Melchizedek is one of the most mysterious and intriguing characters in the Bible. He seems to fade into the background as quickly as he emerges in Genesis 14:18-20 to bless Abram and God Most High and receive a tithe from Abram after the battle. There is an even briefer reference in a messianic psalm, “The Lord has sworn and will not relent, “You are a priest forever according to the order of Melchizedek (Psalm 110:4).” He is referred to again in Hebrews chapters 5 and 6 though in Hebrews chapter 7 the writer provides an extensive midrash on how Melchizedek foreshadows Messiah.
The author of Hebrews translates the name “Melchizedek” to mean “king of righteousness” and in addition he was the king of Salem, meaning “king of peace.” This points our attention towards the Sar Shalom, the Prince of Peace who judges in righteousness. Salem also refers to Jerusalem which is where Messiah will reign in His Messianic kingdom.
Unusually, this great king is also a priest and one who came before the Levitical order of priests. Kings and priests served distinct functions and were separated. If that was not a striking foreshadow of the Messiah, the writer continues further saying, “without father, without mother, without genealogy, having neither beginning of days nor end of life, but made like the Son of God, remains a priest continually (Hebrews 7:3).”
Adam did not have a genealogy since God created him from the dust, but he did have a beginning and ending of days. However, Yeshua’s origins are from of old, from everlasting (Micah 5:2) and He delivered Daniel’s three friends in the fiery furnace and the form of the fourth is like the Son of God (Daniel 3:25). Speaking of Jesus as Cohen Gadol, High Priest, the writer to the Hebrews quotes Psalm 110:4 no less than three times, “You are a priest forever according to the order of Melchizedek (Hebrews 5:6; 7:17, 21)”.
Melchizedek was greater than Abraham since Abraham gave him a tenth of his spoils and Melchizedek blessed him. The writer to the Hebrews explains that beyond all contradiction, the lesser is blessed by the better (Hebrews 7:7).
Unsurprisingly numerous attempts have been made throughout the centuries to identify who Melchizedek was. Many Jewish commentaries and the Targum Jonathan and Targum Onkelos also state that Melchizedek was Shem the son of Noah. Other interpreters conclude that Melchizedek was a type of Messiah or the preincarnate Messiah Himself. Whilst a case may be presented to attempt to establish the latter, Hebrews 7 focusses primarily on how Melchizedek foreshadows Messiah and what that means for the believer.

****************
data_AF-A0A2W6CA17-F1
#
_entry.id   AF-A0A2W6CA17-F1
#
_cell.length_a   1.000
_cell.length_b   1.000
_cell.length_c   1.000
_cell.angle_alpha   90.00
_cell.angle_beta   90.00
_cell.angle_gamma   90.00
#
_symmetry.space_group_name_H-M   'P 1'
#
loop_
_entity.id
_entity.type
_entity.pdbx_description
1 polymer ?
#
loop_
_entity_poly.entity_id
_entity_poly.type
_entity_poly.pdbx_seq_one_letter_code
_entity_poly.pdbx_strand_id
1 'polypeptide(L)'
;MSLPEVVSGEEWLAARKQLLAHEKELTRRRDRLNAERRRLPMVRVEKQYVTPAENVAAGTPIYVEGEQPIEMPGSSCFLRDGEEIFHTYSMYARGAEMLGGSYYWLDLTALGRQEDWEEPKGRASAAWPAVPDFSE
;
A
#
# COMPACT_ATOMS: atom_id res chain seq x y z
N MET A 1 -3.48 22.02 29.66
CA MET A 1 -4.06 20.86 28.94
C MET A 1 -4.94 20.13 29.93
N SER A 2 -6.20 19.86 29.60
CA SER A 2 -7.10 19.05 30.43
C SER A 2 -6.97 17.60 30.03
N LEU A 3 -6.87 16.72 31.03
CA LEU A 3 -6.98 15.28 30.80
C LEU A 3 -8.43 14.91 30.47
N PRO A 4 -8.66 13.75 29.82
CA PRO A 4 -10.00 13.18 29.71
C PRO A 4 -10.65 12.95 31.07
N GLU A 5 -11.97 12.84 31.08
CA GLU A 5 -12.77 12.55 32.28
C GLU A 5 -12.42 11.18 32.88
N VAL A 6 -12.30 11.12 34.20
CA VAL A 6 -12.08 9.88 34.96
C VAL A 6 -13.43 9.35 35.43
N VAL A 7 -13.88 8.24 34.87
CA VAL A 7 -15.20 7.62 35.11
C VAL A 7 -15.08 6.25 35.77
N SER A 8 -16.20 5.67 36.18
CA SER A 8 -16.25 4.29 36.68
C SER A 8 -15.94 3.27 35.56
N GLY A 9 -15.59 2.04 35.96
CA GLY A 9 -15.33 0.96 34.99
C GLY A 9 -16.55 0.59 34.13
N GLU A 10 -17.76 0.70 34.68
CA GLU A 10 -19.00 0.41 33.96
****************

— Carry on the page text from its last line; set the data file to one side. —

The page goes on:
Messiah is a Better High Priest
Unlike other high priests, Yeshua was made High Priest with an oath “The Lord has sworn and will not relent, you are a priest forever according to the order of Melchizedek.” Messiah represents a new and permanent priesthood. If blood makes atonement for the soul (Leviticus 17:11)how can atonement be made without a sacrifice? Yeshua has no need to continually offer sin offerings since He gave Himself to make atonement for our sin and reconcile us to God. Though Jesus never sinned he became a sin-offering that we might become the righteousness of God in Him (2 Corinthians 5:21).
In the Levitical Order many priests were prevented by death from continuing though Messiah continues forever and He has an unchangeable priesthood. This has massive implications for intercession, approaching God, power to expiate and atone for sin. This is only possible through the Messiah who is both King and Priest and who has neither beginning of days nor end of life and who remains a priest continually.
“Therefore He is also able to save to the uttermost those who come to God through Him, since He always lives to make intercession for them.For such a High Priest was fitting for us, who is holy, harmless, undefiled, separate from sinners, and has become higher than the heavens; who does not need daily, as those high priests, to offer up sacrifices, first for His own sins and then for the people’s, for this He did once for all when He offered up Himself. For the law appoints as high priests men who have weakness, but the word of the oath, which came after the law, appoints the Son who has been perfected forever (Hebrews 7:25-28).”